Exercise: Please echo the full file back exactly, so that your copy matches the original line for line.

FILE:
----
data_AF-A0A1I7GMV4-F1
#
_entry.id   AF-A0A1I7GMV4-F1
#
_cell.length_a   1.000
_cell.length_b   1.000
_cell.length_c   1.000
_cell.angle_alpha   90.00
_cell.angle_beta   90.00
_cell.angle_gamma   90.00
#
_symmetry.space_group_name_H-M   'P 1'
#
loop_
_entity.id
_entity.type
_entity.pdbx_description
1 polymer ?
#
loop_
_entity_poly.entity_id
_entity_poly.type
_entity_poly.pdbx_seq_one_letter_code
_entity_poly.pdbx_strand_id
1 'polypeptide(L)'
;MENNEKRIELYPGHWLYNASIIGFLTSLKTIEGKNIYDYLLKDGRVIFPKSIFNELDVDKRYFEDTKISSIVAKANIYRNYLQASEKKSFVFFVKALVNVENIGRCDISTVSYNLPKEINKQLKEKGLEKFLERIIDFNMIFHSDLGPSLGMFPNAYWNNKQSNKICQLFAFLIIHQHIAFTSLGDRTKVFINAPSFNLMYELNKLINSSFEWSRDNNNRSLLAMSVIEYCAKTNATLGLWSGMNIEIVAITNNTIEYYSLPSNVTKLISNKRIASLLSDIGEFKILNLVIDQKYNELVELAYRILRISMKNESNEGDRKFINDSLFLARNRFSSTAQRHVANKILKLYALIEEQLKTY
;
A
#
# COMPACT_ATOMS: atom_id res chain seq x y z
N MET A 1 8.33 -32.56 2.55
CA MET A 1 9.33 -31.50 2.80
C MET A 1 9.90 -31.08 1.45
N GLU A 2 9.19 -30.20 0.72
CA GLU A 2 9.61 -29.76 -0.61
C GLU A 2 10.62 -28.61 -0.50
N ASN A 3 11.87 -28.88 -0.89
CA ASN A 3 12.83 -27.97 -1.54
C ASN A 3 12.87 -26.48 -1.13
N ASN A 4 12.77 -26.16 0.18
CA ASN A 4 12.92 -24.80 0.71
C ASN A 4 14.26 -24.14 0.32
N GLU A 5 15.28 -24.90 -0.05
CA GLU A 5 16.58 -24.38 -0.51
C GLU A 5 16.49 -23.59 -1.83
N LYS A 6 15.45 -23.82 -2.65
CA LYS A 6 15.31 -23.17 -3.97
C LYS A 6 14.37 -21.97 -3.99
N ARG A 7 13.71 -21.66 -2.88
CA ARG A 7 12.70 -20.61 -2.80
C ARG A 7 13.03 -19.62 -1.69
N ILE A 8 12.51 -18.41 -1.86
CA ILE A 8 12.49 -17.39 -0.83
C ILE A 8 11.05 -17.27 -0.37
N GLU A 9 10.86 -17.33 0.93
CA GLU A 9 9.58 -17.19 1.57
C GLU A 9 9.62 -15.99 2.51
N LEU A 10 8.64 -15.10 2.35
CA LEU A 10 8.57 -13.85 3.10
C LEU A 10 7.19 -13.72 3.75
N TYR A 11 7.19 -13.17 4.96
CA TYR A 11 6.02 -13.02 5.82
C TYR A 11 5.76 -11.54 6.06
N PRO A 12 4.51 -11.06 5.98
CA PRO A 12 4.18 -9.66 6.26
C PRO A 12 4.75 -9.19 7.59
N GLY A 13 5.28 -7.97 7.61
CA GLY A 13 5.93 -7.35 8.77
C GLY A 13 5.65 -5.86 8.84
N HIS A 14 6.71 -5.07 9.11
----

data_AF-A0A1I7GMV4-F1
#
_entry.id   AF-A0A1I7GMV4-F1
#
_cell.length_a   1.000
_cell.length_b   1.000
_cell.length_c   1.000
_cell.angle_alpha   90.00
_cell.angle_beta   90.00
_cell.angle_gamma   90.00
#
_symmetry.space_group_name_H-M   'P 1'
#
loop_
_entity.id
_entity.type
_entity.pdbx_description
1 polymer ?
#
loop_
_entity_poly.entity_id
_entity_poly.type
_entity_poly.pdbx_seq_one_letter_code
_entity_poly.pdbx_strand_id
1 'polypeptide(L)'
;MENNEKRIELYPGHWLYNASIIGFLTSLKTIEGKNIYDYLLKDGRVIFPKSIFNELDVDKRYFEDTKISSIVAKANIYRNYLQASEKKSFVFFVKALVNVENIGRCDISTVSYNLPKEINKQLKEKGLEKFLERIIDFNMIFHSDLGPSLGMFPNAYWNNKQSNKICQLFAFLIIHQHIAFTSLGDRTKVFINAPSFNLMYELNKLINSSFEWSRDNNNRSLLAMSVIEYCAKTNATLGLWSGMNIEIVAITNNTIEYYSLPSNVTKLISNKRIASLLSDIGEFKILNLVIDQKYNELVELAYRILRISMKNESNEGDRKFINDSLFLARNRFSSTAQRHVANKILKLYALIEEQLKTY
;
A
#
# COMPACT_ATOMS: atom_id res chain seq x y z
N MET A 1 8.33 -32.56 2.55
CA MET A 1 9.33 -31.50 2.80
C MET A 1 9.90 -31.08 1.45
N GLU A 2 9.19 -30.20 0.72
CA GLU A 2 9.61 -29.76 -0.61
C GLU A 2 10.62 -28.61 -0.50
N ASN A 3 11.87 -28.88 -0.89
CA ASN A 3 12.83 -27.97 -1.54
C ASN A 3 12.87 -26.48 -1.13
N ASN A 4 12.77 -26.16 0.18
CA ASN A 4 12.92 -24.80 0.71
C ASN A 4 14.26 -24.14 0.32
N GLU A 5 15.28 -24.90 -0.05
CA GLU A 5 16.58 -24.38 -0.51
C GLU A 5 16.49 -23.59 -1.83
N LYS A 6 15.45 -23.82 -2.65
CA LYS A 6 15.31 -23.17 -3.97
C LYS A 6 14.37 -21.97 -3.99
N ARG A 7 13.71 -21.66 -2.88
CA ARG A 7 12.70 -20.61 -2.80
C ARG A 7 13.03 -19.62 -1.69
N ILE A 8 12.51 -18.41 -1.86
CA ILE A 8 12.49 -17.39 -0.83
C ILE A 8 11.05 -17.27 -0.37
N GLU A 9 10.86 -17.33 0.93
CA GLU A 9 9.58 -17.19 1.57
C GLU A 9 9.62 -15.99 2.51
N LEU A 10 8.64 -15.10 2.35
CA LEU A 10 8.57 -13.85 3.10
C LEU A 10 7.19 -13.72 3.75
N TYR A 11 7.19 -13.17 4.96
CA TYR A 11 6.02 -13.02 5.82
C TYR A 11 5.76 -11.54 6.06
N PRO A 12 4.51 -11.06 5.98
CA PRO A 12 4.18 -9.66 6.26
C PRO A 12 4.75 -9.19 7.59
N GLY A 13 5.28 -7.97 7.61
CA GLY A 13 5.93 -7.35 8.77
C GLY A 13 5.65 -5.86 8.84
N HIS A 14 6.71 -5.07 9.11